Without OReilly Fox News faces its toughest test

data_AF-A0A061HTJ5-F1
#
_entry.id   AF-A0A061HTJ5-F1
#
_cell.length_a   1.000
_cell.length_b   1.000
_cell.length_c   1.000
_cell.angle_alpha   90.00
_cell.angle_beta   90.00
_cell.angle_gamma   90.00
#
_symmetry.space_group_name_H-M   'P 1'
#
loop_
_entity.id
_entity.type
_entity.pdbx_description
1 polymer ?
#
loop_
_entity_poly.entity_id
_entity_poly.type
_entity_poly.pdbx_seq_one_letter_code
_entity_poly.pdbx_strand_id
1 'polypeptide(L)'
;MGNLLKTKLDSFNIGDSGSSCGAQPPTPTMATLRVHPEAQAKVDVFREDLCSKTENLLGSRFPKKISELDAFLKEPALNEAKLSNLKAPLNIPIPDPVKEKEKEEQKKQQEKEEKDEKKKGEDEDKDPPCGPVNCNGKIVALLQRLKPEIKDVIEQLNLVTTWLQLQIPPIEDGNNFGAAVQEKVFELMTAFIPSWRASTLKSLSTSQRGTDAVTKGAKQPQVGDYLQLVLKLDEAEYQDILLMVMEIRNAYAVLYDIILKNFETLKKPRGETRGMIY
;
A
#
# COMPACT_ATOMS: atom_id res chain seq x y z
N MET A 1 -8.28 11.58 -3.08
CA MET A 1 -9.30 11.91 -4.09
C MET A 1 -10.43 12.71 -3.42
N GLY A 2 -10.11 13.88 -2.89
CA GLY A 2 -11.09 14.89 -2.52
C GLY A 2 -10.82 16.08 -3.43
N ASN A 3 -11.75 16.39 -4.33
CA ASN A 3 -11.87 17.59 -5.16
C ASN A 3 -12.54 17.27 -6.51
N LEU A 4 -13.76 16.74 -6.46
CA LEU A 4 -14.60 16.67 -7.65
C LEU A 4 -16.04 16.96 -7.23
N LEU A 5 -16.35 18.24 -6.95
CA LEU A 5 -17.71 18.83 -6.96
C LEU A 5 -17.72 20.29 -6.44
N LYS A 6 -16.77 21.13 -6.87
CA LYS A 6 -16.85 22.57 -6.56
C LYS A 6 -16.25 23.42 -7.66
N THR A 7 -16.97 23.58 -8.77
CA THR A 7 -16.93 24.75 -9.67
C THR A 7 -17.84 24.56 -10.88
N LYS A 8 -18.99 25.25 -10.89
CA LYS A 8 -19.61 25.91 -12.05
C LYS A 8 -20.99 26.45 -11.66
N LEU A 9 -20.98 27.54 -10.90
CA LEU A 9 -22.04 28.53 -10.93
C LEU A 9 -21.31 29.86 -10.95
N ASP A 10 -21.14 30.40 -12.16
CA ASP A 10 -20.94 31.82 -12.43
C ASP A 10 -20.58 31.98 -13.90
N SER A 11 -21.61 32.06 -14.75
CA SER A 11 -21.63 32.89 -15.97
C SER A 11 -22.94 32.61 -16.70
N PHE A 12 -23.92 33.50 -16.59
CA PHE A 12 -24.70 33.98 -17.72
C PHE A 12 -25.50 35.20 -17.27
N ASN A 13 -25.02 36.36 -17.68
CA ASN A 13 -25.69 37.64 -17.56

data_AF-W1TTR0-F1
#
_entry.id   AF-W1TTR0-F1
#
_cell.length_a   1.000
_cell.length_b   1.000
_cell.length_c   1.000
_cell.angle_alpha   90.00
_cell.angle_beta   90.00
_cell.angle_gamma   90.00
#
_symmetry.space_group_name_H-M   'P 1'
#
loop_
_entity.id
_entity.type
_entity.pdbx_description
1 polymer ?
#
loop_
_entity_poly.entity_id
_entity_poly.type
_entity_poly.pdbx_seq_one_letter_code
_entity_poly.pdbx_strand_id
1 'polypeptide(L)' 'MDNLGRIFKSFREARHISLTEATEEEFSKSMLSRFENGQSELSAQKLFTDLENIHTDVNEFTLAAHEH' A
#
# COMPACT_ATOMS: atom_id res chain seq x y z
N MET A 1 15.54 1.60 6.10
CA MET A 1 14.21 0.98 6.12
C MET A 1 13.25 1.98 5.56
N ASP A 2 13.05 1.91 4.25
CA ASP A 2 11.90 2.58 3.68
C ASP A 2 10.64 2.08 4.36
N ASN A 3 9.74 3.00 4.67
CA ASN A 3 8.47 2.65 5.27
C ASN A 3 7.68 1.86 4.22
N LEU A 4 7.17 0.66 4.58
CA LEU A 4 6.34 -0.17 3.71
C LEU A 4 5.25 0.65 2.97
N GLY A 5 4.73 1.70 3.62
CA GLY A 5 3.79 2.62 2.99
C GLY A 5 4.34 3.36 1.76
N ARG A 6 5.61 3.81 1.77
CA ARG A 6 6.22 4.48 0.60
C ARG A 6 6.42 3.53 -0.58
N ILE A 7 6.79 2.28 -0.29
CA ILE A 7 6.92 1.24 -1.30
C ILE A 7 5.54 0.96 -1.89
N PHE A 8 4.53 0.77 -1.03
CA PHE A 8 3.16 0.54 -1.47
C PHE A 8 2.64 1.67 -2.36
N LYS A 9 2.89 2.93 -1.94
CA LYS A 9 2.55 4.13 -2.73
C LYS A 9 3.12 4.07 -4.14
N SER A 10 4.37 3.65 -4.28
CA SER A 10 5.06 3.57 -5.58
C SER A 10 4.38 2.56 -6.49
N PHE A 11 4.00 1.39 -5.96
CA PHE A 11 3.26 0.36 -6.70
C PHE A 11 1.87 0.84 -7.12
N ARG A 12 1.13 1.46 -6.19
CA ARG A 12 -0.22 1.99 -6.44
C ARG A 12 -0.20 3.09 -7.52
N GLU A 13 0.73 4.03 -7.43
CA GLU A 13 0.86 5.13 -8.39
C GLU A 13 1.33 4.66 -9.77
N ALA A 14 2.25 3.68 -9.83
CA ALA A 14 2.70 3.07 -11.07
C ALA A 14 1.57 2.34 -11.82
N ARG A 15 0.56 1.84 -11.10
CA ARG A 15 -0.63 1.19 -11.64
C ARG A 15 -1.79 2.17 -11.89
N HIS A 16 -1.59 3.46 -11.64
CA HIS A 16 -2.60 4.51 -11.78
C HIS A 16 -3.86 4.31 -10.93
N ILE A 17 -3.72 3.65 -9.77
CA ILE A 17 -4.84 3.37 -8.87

by David Bauder, The Associated Press Posted Apr 20, 2017 11:31 am MDT Last Updated Apr 24, 2017 at 10:00 am MDT AddThis Sharing ButtonsShare to TwitterTwitterShare to FacebookFacebookShare to RedditRedditShare to 電子郵件Email Without O’Reilly, Fox News faces its toughest test FILE – In this Jan. 18, 2007 file photo, Fox News commentator Bill O’Reilly appears on the Fox News show, “The O’Reilly Factor,” in New York. O’Reilly has lost his job at Fox News Channel following reports that several women had been paid millions of dollars to keep quiet about harassment allegations. (AP Photo/Jeff Christensen, File) NEW YORK, N.Y. – Fox News Channel has thrived despite losing founding leader Roger Ailes and next generation star Megyn Kelly within the past nine months. Wednesday’s firing of defining personality Bill O’Reilly will be its toughest test yet.Fox moved quickly to install a new lineup after announcing O’Reilly’s exit due to several harassment allegations by women, which he continues to deny. Outside pressure isn’t leaving with him; members of the National Organization for Women demonstrated outside Fox’s headquarters Thursday, saying the company’s workplace culture won’t really change unless management cleans house of other high-ranking executives who knew about the sexual harassment but didn’t do anything.For most of Fox’s existence, O’Reilly had been the linchpin of its success as the most visible and most watched host. Fox’s viewership at 9 p.m. went up when Tucker Carlson replaced Kelly in January — her battles with Donald Trump cost her support among many Fox viewers — but don’t expect Carlson to repeat the feat when he moves an hour earlier on Monday.“There’s going to be some dismay among the Fox audience,” said Tim Graham, director of media analysis at the conservative watchdog Media Research Center. “The real question is what happens next. If they offer the same generic product, then it will be forgive and forget.”Announcing a new lineup at the same time as the O’Reilly firing was smart, Graham said, because it enabled some viewers to say, “Oh, that’s not bad. I can live with that.”Fox News has consistently been the most-watched network in all of cable television, not just news, over the past few months. The ouster of Ailes due to sexual harassment allegations last summer may have been disturbing, but meant little to viewers because it was off the air. Most of his management team remained, and the network’s approach didn’t change.O’Reilly’s brand of middle-class populism, delivered with a mix of humour and outrage, predated and reflected the appeal of President Donald Trump. O’Reilly wasn’t always predictable in his opinions. Joe Pollak of the right wing Breitbart.com website wrote a column on Thursday headlined, “Bill O’Reilly’s secret: he was a centrist, not a conservative.”Arguably, the lineup installed in his stead is more reliably conservative. Carlson has made it a point to seek a younger audience by reaching out to the alt-right community, said Angelo Carusone, president of the liberal Media Matters for America. Eric Bolling begins his own show at 5 p.m. and the current late-afternoon panel show, “The Five,” moves into the 9 p.m. hour.“It’s not like they brought in Shep Smith or a news anchor,” Carusone said.Carlson scored the highest ratings ever for Fox in the 9 p.m. time slot early for the first three months of 2017, but there remains some question about how much that was a result of following O’Reilly in the lineup. With him moving up an hour, 9 p.m. likely represents Fox’s biggest challenge. “The Five” is set up as a panel show with one liberal trying to hold his own with four conservatives. The panelists are familiar to Fox viewers, and O’Reilly protege Jesse Watters is being added to the mix.“The Five” it faces strong competition with MSNBC’s Rachel Maddow in that hour, and CNN is about to give Jake Tapper a test drive in the time slot.Trump’s most ardent defender on Fox, Sean Hannity, remains at 10 p.m. ET.Fox plainly hopes that the brand and point of view it has developed is stronger than any single personality, even one as outsized as O’Reilly.Rupert Murdoch and his sons James and Lachlan, who run Fox News parent 21st Century Fox, have talked about building an atmosphere of respect for women at the workplace now that the network’s top executive and top personality have both been drummed out for their behaviour. Some observers, like the NOW demonstrators, wonder if that can happen without further changes behind the scenes.Ailes’ former top aide, Bill Shine, is now Fox’s co-president. He hasn’t been accused of any harassment, but many inside and outside of Fox have wondered how much he and other executives still in place knew about Ailes’ and O’Reilly’s behaviour. Fox even signed O’Reilly to a contract extension knowing that The New York Times was investigating harassment allegations against him — the story that led to O’Reilly’s ouster.“There were a lot of people at Fox who really hoped things would change after Roger left and they didn’t,” said Margaret Hoover, a former Fox political contributor, on CNN Thursday. She added: “Nothing changed in the sense that the culture that perpetuated this behaviour is the same.”Another former Fox contributor, Kirsten Powers, described on CNN an on-air segment with O’Reilly she found offensive because of the way the host talked about all the “blondes” who worked there. Powers said she sought an apology from O’Reilly and didn’t get one, and her complaints were waved off by various managers, including Ailes. She said she wouldn’t go on O’Reilly’s show, despite the high-profile platform it provided, for a few years afterward.A former Fox clerical worker who anonymously complained Tuesday came forward Thursday on “The View” to identify herself and speak about the experience. Perquita Burgess, who is black, said O’Reilly leered at her, made grunting noises as he passed her desk and once referred to her as “hot chocolate.” She said she felt “triumphant” when she heard about O’Reilly’s firing.“It’s very cathartic,” she said. read more